1913 Rolls-Royce 40/50 Silver Ghost London & Edinburgh Tourer, with replica Barker body

1937 Packard Super Eight 7 Passenger Limousine

Here is the kind of car we love to see at a concours event!  This is a 1910 Pierce-Arrow 48-SS Semi-Tonneau built in Buffalo, New York, by the famed luxury car manufacturer.  The body style is  a sportier version of the standard touring body and the only one extant of this type known.  The car is powered by a massive 525 cu. in. (8.6 litre) engine producing 48 hp.  The car features an innovative cast aluminum body and has its original-style acetylene headlights and oil tail lamp, as well as the original Pierce-Arrow self-starting electrical system.  It would have been considered a performance monster back in the day and has been used in many vintage touring events over the years.  (As loveable as they are, Brass Era cars seem to have a limited appeal today to collectors.  This wonderful car sold for $630,000 at an auction in Pebble Beach in 2008 and was sold again in 2015 at auction for $850,000, which is not much in the way of appreciation for such a high-quality rarity.)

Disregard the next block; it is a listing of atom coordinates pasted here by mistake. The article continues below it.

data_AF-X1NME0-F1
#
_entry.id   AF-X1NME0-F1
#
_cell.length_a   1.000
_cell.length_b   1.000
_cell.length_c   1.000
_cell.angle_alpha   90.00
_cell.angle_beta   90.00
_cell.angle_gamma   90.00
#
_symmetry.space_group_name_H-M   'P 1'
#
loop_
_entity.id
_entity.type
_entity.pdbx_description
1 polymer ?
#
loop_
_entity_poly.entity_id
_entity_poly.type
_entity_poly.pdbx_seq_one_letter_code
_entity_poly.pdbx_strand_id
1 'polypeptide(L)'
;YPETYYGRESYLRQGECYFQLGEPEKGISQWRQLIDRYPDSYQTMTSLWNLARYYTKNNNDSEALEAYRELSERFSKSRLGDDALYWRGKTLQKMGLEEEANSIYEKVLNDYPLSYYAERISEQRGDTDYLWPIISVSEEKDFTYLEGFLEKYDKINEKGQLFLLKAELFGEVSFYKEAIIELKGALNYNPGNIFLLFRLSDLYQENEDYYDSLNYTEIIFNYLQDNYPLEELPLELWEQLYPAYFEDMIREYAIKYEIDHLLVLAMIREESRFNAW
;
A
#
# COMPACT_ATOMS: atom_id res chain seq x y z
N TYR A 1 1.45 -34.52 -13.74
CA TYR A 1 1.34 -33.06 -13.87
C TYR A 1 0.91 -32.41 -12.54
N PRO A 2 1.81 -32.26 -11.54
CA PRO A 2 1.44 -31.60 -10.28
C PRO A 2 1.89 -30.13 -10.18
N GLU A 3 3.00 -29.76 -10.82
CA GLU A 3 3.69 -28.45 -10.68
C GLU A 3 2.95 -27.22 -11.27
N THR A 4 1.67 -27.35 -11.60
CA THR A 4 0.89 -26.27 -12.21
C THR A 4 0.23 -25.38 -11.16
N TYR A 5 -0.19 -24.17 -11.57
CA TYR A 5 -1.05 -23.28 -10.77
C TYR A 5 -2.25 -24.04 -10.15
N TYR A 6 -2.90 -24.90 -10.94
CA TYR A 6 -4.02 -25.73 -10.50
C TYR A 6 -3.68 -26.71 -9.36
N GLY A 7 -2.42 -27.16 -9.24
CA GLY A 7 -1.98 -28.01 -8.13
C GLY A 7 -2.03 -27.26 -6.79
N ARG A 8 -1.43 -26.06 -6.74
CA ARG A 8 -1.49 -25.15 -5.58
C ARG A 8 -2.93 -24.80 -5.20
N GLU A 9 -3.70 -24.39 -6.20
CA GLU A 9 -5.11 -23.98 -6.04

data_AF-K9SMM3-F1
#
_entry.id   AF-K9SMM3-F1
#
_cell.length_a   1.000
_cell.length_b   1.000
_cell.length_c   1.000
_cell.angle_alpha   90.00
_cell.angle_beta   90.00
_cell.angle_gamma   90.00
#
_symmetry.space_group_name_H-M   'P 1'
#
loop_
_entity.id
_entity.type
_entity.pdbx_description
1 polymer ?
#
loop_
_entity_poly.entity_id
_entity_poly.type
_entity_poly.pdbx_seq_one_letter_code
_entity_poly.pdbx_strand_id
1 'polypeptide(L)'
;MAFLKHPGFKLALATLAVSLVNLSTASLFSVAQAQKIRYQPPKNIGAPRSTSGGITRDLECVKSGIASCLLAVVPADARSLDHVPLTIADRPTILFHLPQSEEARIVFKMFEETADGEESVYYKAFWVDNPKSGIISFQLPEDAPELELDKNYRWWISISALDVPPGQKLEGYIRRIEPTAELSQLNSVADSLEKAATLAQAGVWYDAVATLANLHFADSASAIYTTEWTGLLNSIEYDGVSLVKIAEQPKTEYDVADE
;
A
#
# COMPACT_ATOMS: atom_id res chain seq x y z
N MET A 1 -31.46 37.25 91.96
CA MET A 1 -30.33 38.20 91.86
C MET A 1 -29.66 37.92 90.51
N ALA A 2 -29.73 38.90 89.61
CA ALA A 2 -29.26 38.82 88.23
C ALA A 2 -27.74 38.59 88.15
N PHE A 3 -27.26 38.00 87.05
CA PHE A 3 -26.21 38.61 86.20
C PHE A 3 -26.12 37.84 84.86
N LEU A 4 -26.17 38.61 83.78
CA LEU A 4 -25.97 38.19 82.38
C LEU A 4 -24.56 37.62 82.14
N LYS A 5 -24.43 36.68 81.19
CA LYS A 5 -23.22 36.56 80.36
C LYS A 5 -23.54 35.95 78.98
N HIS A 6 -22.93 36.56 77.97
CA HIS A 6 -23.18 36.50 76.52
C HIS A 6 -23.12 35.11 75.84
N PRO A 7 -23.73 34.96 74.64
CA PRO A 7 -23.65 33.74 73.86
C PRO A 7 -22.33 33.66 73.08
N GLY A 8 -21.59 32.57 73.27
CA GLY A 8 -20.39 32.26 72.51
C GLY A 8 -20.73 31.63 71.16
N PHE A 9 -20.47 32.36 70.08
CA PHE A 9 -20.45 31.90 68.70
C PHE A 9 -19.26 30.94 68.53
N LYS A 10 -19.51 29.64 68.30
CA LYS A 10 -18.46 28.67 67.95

1932 Lancia DeLambda Torpedo Sport, with unique coachwork by Votti

1927 Lincoln L 7-Passenger Limousine, originally owned by Robert McElroy, a Vice-President of the Standard Oil Company, and used in the television series "Boardwalk Empire" (2010-2014).  This car was restored in 1962 and therefore looks original!

A regular on the concours circuit, this magnificent 1928 Auburn 8-115 Speedster has a known ownership history since new.  It was designed by 28 year old Alan Leamy and it appears that the body was constructed at the McFarlan works in Connorsville, Indiana.

1936 Cord 810 Convertible Phaeton

1955 Lancia Type D50 Formula 1 racing car.  Owned by the Revs Institute in Naples, Florida, this car is a re-creation constructed by ex-Lancia mechanics from original parts, including a V-8 engine, and a new chassis and body.

1954 Siata 200CS Coupe by Balbo, featuring a FIAT V-8 engine and being one of only 11 made.  This car has been in the same family's ownership since 1959

1959 Rolls-Royce Silver Cloud I Drophead Coupe, modified from a standard R-R sedan by H.J. Mulliner and one of nine left-hand drive models (of 13 built).  It was delivered new to actor Tony Curtis.

1962 Lotus Super Seven S2